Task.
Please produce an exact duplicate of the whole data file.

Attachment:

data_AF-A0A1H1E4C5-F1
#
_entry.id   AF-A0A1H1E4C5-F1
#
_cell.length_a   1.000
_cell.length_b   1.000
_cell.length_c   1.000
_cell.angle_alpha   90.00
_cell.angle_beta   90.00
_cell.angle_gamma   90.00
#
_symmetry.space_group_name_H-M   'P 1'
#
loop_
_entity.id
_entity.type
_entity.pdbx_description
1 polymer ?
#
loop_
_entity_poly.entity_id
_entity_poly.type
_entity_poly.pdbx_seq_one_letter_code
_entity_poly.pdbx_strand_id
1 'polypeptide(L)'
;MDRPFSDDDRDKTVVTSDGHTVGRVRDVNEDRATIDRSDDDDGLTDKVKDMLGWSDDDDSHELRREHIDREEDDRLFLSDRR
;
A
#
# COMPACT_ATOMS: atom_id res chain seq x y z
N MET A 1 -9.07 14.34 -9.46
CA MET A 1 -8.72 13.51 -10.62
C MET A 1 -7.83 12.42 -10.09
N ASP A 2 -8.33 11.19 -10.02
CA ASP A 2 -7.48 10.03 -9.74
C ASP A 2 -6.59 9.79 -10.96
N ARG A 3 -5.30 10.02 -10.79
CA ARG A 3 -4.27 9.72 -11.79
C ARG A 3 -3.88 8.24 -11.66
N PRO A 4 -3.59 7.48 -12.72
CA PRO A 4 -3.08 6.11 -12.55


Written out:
data_AF-A0A1H1E4C5-F1
#
_entry.id   AF-A0A1H1E4C5-F1
#
_cell.length_a   1.000
_cell.length_b   1.000
_cell.length_c   1.000
_cell.angle_alpha   90.00
_cell.angle_beta   90.00
_cell.angle_gamma   90.00
#
_symmetry.space_group_name_H-M   'P 1'
#
loop_
_entity.id
_entity.type
_entity.pdbx_description
1 polymer ?
#
loop_
_entity_poly.entity_id
_entity_poly.type
_entity_poly.pdbx_seq_one_letter_code
_entity_poly.pdbx_strand_id
1 'polypeptide(L)'
;MDRPFSDDDRDKTVVTSDGHTVGRVRDVNEDRATIDRSDDDDGLTDKVKDMLGWSDDDDSHELRREHIDREEDDRLFLSDRR
;
A
#
# COMPACT_ATOMS: atom_id res chain seq x y z
N MET A 1 -9.07 14.34 -9.46
CA MET A 1 -8.72 13.51 -10.62
C MET A 1 -7.83 12.42 -10.09
N ASP A 2 -8.33 11.19 -10.02
CA ASP A 2 -7.48 10.03 -9.74
C ASP A 2 -6.59 9.79 -10.96
N ARG A 3 -5.30 10.02 -10.79
CA ARG A 3 -4.27 9.72 -11.79
C ARG A 3 -3.88 8.24 -11.66
N PRO A 4 -3.59 7.48 -12.72
CA PRO A 4 -3.08 6.11 -12.55